Hefty penalties await human traffickers in Tanzania’s refined law
- The Anti-Trafficking in Persons Act of 2008 that was amended in 2019 provides a minimum of two years and a maximum of 10 years to convicted suspects of human trafficking.
Dar es Salaam. In a deliberate move to discourage human trafficking, Parliament yesterday enacted a law that will see convicted suspects spend life jail terms or pay a maximum of Sh200 million fine.
The new legislative piece, passed through the Written Laws (Miscellaneous Amendments No. 2) Bill, 2022, means that the new fine has been increased 20 times as compared to a minimum of Sh5 million and a maximum of Sh100 million stated in the old Act.
The Anti-Trafficking in Persons Act of 2008 that was amended in 2019 provides a minimum of two years and a maximum of 10 years to convicted suspects of human trafficking.
Tabling the Written Laws, (Miscellaneous Amendments no.2) Bill, 2022 in Parliament yesterday, the Attorney General (AG), Dr Eliezer Feleshi said the amendment aimed at addressing shortfalls identified in the previous Act.
The miscellaneous amendments also proposed changes of the sections in the Drugs Control and Enforcement Act, Cap 95 and those in the Public Leadership Code of Ethics Act, cap 398.
“Human trafficking is an international matter, therefore, legal systems should be aligned with international standards,” he said.
“The proposed amendment aims at setting conditions of necessity for Tanzanians to effectively fight against human trafficking,” he added.
Parliamentary Committee for Constitution and Legal Affairs deputy chairperson Najma Murtaza Giga said the imposed penalties aimed at preventing repeat of offenses, bearing in mind that the women and children were the major victims of human trafficking.
“It is a high time that the government should conduct detailed study and come up with severe punishments to completely discourage human trafficking in the country,” she said.
However, after an in-depth discussion, the Committee has agreed with the government’s proposal, noting that the Bill should be enacted into law without any changes.
“Courts should be empowered to impose maximum penalties for repeat offenders being supplementary to punishment stated by other sections of the law,” she said.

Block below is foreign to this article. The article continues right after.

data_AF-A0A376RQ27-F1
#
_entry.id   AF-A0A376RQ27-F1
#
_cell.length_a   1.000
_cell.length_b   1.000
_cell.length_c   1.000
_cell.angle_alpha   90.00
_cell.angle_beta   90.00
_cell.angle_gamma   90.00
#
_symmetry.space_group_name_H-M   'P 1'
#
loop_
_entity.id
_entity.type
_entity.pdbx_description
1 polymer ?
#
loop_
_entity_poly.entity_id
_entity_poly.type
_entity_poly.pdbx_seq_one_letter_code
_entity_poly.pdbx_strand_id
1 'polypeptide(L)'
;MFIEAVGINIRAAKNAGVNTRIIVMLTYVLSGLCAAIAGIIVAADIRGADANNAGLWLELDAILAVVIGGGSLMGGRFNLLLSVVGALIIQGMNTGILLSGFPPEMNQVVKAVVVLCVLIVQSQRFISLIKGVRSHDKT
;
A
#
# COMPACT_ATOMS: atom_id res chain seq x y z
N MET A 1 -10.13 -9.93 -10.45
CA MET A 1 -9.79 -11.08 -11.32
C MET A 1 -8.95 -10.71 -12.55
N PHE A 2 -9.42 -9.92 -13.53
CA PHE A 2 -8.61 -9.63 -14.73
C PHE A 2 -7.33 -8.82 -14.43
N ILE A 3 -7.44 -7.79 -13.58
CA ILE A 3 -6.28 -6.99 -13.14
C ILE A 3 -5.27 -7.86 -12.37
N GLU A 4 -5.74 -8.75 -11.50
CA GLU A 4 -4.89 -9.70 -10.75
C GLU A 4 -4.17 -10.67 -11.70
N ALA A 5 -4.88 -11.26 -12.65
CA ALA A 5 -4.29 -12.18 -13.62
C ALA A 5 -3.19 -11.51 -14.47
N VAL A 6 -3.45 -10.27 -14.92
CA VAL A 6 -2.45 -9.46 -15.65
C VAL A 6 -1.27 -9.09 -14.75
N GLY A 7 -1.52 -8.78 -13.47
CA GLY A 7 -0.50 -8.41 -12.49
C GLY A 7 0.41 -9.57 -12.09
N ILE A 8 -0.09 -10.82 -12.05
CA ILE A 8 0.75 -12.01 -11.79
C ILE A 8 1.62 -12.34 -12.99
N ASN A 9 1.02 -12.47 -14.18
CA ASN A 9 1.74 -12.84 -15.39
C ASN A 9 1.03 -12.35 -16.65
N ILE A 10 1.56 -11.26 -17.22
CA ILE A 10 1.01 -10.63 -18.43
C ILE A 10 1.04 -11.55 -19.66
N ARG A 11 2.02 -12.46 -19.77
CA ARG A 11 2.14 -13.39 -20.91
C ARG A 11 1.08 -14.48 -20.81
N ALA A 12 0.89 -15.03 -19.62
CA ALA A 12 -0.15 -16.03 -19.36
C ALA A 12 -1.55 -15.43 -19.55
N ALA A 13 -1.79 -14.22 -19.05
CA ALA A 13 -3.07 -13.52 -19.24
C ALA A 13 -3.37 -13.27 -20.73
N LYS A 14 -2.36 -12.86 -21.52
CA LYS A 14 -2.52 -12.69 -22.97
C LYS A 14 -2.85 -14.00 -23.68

Debating the presentation, Ms Salome Makamba, Special Seats MP, Chadema, said human trafficking business was a violation of human rights.
“Following increase in these incidents, there is a need for imposing punishment. I personally don’t see a reason to provide convicted suspects with an alternative to pay a fine which means giving them suspects a room to negotiate. In my opinion convicted persons deserve life sentence,” she said.
According to her, people involved in human trafficking have strong networks, observing that requiring them to pay Sh100 million to Sh200 million was nothing to them.
An lecturer at the Tumaini University Dar es Salaam Campus (Tudarco), Mr Gaspardus Rwebangira, who is also an advocate of the High Court, said: “We, stakeholders, have received the amendment with delight. Unlike the current situation, the amendment will completely discourage the incidents.”
For his part, Mr Emmanuel Ukashu, an advocate, said the amendment would require practitioners to rethink their role in the illegal business.
“It is a good move, because there were a lot of outdated sections,” he noted.
Regarding the drugs control, Dr Feleshi said the amendment proposed, among other things, the introduction of special cells to accommodate suspects of illicit drugs trafficking pending arraignment.
Regarding the proposal, Ms Giga said the Committee had seconded the government proposal.